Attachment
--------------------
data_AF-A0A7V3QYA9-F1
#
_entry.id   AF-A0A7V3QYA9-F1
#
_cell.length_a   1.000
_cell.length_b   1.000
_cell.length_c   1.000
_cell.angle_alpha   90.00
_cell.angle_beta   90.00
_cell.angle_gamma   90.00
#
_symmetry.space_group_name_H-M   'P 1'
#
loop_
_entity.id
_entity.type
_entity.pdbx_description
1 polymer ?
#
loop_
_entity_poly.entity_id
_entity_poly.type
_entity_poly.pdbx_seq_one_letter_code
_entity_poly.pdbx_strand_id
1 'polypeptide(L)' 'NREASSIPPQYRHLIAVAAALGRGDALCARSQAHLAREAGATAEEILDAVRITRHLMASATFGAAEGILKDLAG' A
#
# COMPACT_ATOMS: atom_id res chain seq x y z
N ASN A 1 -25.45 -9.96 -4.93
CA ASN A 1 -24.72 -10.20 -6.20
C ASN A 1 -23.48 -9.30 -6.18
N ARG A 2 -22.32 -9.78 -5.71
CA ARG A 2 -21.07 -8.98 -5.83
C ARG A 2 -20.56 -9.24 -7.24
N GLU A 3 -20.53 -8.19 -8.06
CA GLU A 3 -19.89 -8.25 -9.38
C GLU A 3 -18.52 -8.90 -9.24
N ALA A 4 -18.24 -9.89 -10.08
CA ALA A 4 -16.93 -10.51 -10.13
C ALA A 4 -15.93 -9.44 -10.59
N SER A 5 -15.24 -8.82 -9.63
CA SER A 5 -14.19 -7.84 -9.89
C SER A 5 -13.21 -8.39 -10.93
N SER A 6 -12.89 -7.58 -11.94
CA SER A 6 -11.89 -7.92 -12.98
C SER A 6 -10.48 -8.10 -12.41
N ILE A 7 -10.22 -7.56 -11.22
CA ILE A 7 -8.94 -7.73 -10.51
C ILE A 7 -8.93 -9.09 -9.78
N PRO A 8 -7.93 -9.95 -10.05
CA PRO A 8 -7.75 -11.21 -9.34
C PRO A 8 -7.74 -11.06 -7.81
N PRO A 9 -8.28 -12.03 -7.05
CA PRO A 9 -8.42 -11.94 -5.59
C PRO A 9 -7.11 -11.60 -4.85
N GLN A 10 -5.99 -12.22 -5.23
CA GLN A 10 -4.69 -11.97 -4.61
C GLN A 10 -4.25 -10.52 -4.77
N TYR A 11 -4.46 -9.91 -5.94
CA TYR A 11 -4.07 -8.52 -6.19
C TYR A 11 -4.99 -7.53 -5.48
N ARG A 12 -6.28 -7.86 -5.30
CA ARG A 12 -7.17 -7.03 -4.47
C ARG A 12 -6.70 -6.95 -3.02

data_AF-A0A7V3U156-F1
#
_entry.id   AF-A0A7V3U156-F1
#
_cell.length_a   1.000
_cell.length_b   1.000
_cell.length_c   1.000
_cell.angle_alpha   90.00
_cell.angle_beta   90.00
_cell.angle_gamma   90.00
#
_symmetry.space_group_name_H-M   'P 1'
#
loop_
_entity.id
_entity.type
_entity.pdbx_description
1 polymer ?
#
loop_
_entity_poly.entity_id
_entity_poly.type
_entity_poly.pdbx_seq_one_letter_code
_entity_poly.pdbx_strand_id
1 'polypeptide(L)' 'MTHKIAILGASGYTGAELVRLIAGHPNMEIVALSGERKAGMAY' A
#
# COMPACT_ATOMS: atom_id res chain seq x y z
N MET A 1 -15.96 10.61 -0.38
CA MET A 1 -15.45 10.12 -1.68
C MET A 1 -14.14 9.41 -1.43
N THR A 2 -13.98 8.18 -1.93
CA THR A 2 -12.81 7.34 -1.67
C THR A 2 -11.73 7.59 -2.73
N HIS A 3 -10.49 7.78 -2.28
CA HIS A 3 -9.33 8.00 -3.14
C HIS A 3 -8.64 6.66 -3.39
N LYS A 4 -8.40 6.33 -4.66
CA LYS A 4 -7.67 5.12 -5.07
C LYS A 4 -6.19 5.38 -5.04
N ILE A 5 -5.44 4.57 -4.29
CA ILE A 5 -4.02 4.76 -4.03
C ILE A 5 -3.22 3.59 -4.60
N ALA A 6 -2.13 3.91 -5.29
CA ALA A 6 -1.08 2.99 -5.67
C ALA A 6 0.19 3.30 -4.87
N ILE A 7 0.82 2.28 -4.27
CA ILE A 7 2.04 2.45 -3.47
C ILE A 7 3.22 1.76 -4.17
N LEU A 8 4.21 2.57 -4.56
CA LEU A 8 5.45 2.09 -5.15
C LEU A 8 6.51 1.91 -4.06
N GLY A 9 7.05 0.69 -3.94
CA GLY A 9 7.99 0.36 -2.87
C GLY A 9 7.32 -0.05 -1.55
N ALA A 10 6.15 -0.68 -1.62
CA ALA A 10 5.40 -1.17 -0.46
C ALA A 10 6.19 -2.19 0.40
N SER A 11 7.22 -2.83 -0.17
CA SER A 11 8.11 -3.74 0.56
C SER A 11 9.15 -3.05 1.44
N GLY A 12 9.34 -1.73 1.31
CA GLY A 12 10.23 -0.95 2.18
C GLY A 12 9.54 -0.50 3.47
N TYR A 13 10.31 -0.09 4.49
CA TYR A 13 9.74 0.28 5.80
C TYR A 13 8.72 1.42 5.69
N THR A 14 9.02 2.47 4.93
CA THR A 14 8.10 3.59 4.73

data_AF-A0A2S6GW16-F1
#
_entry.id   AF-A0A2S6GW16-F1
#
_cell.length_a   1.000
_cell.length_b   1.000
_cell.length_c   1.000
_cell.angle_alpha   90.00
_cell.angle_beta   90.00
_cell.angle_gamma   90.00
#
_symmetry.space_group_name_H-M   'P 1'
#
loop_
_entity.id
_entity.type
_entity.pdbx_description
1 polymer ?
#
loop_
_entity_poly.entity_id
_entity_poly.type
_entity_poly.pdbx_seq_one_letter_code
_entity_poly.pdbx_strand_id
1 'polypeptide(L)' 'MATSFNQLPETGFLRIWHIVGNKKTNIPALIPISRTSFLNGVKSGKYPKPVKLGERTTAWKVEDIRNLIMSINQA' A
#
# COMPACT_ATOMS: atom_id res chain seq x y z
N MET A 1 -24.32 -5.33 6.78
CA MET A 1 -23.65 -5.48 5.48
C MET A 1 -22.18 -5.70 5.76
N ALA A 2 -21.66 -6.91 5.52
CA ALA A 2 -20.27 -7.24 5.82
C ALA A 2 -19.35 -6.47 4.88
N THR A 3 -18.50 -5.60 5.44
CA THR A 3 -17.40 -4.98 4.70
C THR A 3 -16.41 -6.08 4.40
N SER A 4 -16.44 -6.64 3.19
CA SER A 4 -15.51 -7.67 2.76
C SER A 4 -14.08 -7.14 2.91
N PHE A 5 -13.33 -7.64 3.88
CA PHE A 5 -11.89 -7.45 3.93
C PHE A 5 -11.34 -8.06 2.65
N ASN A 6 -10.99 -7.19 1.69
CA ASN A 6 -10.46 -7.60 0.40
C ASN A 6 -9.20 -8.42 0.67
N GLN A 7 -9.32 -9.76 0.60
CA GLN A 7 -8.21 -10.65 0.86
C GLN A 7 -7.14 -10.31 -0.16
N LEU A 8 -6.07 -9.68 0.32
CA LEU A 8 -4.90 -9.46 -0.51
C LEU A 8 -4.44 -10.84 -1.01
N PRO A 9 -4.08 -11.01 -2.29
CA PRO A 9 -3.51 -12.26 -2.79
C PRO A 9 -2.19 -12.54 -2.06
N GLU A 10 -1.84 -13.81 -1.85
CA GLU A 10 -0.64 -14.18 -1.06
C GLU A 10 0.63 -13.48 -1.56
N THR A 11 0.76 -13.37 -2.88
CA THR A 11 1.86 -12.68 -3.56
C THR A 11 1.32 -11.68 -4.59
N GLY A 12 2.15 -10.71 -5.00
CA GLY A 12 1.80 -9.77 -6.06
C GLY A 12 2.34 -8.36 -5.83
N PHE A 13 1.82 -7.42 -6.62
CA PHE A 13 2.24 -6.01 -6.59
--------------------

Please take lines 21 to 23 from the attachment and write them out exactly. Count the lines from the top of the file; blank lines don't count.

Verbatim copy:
_entity_poly.entity_id
_entity_poly.type
_entity_poly.pdbx_seq_one_letter_code